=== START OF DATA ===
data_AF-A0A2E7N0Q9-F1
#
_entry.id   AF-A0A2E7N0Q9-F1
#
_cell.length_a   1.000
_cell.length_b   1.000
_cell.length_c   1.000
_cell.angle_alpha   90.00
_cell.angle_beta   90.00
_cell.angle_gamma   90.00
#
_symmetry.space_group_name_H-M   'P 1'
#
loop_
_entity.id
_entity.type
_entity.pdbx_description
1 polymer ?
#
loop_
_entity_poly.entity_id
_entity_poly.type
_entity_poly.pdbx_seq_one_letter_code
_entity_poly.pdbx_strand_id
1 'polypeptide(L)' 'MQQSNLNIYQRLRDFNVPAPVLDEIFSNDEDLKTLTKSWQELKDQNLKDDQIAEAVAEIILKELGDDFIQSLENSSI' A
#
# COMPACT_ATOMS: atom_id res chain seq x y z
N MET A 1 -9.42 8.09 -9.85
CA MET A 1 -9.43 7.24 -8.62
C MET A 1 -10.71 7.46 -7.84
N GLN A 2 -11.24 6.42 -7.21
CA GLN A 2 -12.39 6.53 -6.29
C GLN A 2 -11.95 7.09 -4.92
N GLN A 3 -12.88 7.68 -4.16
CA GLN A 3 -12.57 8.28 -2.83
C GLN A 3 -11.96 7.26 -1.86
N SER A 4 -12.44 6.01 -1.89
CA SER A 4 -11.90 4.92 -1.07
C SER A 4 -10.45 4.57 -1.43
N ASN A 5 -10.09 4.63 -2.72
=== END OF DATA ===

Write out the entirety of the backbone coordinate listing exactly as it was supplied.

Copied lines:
data_AF-A0A2E7N0Q9-F1
#
_entry.id   AF-A0A2E7N0Q9-F1
#
_cell.length_a   1.000
_cell.length_b   1.000
_cell.length_c   1.000
_cell.angle_alpha   90.00
_cell.angle_beta   90.00
_cell.angle_gamma   90.00
#
_symmetry.space_group_name_H-M   'P 1'
#
loop_
_entity.id
_entity.type
_entity.pdbx_description
1 polymer ?
#
loop_
_entity_poly.entity_id
_entity_poly.type
_entity_poly.pdbx_seq_one_letter_code
_entity_poly.pdbx_strand_id
1 'polypeptide(L)' 'MQQSNLNIYQRLRDFNVPAPVLDEIFSNDEDLKTLTKSWQELKDQNLKDDQIAEAVAEIILKELGDDFIQSLENSSI' A
#
# COMPACT_ATOMS: atom_id res chain seq x y z
N MET A 1 -9.42 8.09 -9.85
CA MET A 1 -9.43 7.24 -8.62
C MET A 1 -10.71 7.46 -7.84
N GLN A 2 -11.24 6.42 -7.21
CA GLN A 2 -12.39 6.53 -6.29
C GLN A 2 -11.95 7.09 -4.92
N GLN A 3 -12.88 7.68 -4.16
CA GLN A 3 -12.57 8.28 -2.83
C GLN A 3 -11.96 7.26 -1.86
N SER A 4 -12.44 6.01 -1.89
CA SER A 4 -11.90 4.92 -1.07
C SER A 4 -10.45 4.57 -1.43
N ASN A 5 -10.09 4.63 -2.72